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Hearing Aid Compatible Some hearing aids have a feature called a "telecoil" built into them. The telecoil allows the hearing aid to hear magnetic signal representing an audio signal instead (or in addition to) just an audio signal. A device that is "Hearing Aid Compatible" is designed to output the required magnetic signal that the telecoil can hear in additon to an audio signal. The term "Hearing Aid Compatible" is usually used to refer to telephones, but may also apply to headphones. Also, hearing aid users who have a telecoil in their hearing aid may use an ALD with a neckloop or with a silhouette to allow them to hear devices that are not by nature "Hearing Aid Compatible". Headphones: Not all headphones are "Hearing Aid Compatible", but those that use powerful magnets to drive the speakers may be. The most common headphone that people may encounter that is "Hearing Aid Compatible" is the "PhonicEar" Headphone (really an ALD which many movie theaters have to loan free to patrons who would like to hear the movie better. Many users can simply use that ALD acoustically, but users with a telecoil in their hearing aids may benefit from switching it on, since that particular headset is "Hearing Aid Compatible". Telephones: Most non-portable telephones, some remote phones, and a few cell phones sold in the United States are now "Hearing Aid Compatible". This means that the telephone speaker in the earpiece not only outputs the sound of the person you are talking to, but it also outputs a magnetic signal representing the sound. All early telephones were automatically hearing aid compatible, because they used magnets to drive the speaker in the earpiece. Telephones built a few years ago were probably not hearing aid compatible, because they frequently didn't use magnets to drive their speakers. Using a equipped hearing aid with a Hearing Aid Compatible telephone can dramatically improve your ability to hear on the telephone. Shop carefully, however, since the strength and effectiveness of Hearing Aid Compatible phones and of telecoil varies greatly. If you have more than a minor hearing loss, you may want to check out the several Hearing Aid Compatible telephones and especially those Amplified Telephones designed especially for hard of hearing people.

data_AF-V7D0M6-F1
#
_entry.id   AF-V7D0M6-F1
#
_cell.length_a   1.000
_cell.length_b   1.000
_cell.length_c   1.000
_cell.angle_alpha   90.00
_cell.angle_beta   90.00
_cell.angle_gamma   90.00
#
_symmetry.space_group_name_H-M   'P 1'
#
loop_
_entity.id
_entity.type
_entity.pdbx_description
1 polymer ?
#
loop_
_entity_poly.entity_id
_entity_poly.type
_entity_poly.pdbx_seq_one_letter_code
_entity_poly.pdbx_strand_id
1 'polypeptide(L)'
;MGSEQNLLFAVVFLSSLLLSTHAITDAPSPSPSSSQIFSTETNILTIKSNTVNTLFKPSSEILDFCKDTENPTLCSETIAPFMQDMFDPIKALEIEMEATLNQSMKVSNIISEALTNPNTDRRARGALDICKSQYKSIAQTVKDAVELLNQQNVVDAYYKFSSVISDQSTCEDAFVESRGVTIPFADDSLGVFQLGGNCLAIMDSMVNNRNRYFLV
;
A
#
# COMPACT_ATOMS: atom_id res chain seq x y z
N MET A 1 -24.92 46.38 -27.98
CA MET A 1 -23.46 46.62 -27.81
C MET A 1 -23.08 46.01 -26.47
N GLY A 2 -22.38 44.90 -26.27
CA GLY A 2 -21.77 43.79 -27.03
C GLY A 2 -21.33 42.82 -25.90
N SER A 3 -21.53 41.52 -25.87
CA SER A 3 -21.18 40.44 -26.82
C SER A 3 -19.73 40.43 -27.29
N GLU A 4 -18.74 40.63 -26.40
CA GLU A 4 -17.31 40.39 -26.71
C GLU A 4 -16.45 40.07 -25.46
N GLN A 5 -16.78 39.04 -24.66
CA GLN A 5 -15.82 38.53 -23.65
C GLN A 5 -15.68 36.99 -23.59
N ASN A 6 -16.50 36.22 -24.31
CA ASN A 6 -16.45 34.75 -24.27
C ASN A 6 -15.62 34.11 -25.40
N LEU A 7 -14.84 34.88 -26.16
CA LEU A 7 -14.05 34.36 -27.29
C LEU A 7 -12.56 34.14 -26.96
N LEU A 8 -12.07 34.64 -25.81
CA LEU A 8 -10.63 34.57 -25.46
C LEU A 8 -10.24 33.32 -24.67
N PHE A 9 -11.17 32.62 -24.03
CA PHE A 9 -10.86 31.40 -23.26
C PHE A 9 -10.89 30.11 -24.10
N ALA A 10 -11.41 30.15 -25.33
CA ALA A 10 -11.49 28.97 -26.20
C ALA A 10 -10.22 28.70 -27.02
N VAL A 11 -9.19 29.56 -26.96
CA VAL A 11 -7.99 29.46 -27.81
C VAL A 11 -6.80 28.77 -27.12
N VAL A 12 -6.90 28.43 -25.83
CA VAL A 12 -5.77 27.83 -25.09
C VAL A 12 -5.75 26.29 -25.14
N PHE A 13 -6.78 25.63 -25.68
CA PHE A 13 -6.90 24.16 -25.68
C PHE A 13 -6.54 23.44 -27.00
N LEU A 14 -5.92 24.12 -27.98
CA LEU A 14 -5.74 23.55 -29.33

Pure 13 BT Primax Signia Siemens Pure 13 BT Primax is a Receiver In the Canal (RIC) hearing aid. It is intended for use with the Apple iOS, iPhone. The Pure 13 BT Primax connects directly with the iPhone and does not require a physical interface. A phone call, music or a video sound will be sent directly to your Signia Siemens Pure 13 BT Primax hearing aids. You will hear the sound in high definition stereo. Using the Signia myControl app with the Signia Siemens Pure 13 BT Primax the user can control the hearing aids. The app also monitors the wearer’s environment and using the iPhone’s motion sensors provides the best possible hearing when moving. With the Signia Tele-Care feature we can make adjustments remotely, eliminating the need for user to come to our office for these adjustments. There is no need to worry about moisture, sweat, dust or dirt because the Pure 13 BT Primax is IP 67 rated. The Primax features are SpeechMaster, HD Music, TwinPhone and EchoShield. Primax is proven to provide better than normal hearing in difficult listening environments. Signia Siemens includes a 3 year warranty with 5 Primax and 7 Primax and a 2-year warranty with 3 Primax. Warranties include loss and damage coverage. Includes TeleCare remote care capability. The Pure 13 BT Primax is not rechargeable.
BTE Cross System Cross systems are used for people with hearing loss in one ear or significantly more in one ear, this system allows the user to wear technically a microphone in one ear and the speech is transferred into a speaker in the good ear, whilst the cone in the good ear allow normal hearing
Facts about Hearing Loss Individuals with hearing loss may be limited in daily oral  communication. Some facts about hearing loss &  hearing aids  adult population  some  degree  of hearing loss.  Less than 20% of those with hearing loss who might benefit  from  treatment actually seek help.  Most hearing aid users had lived with hearing loss for 10+ years,  and waited until it progressed to moderate‐to‐severe  levels  before seeking professional help for hearing aid  fitting.
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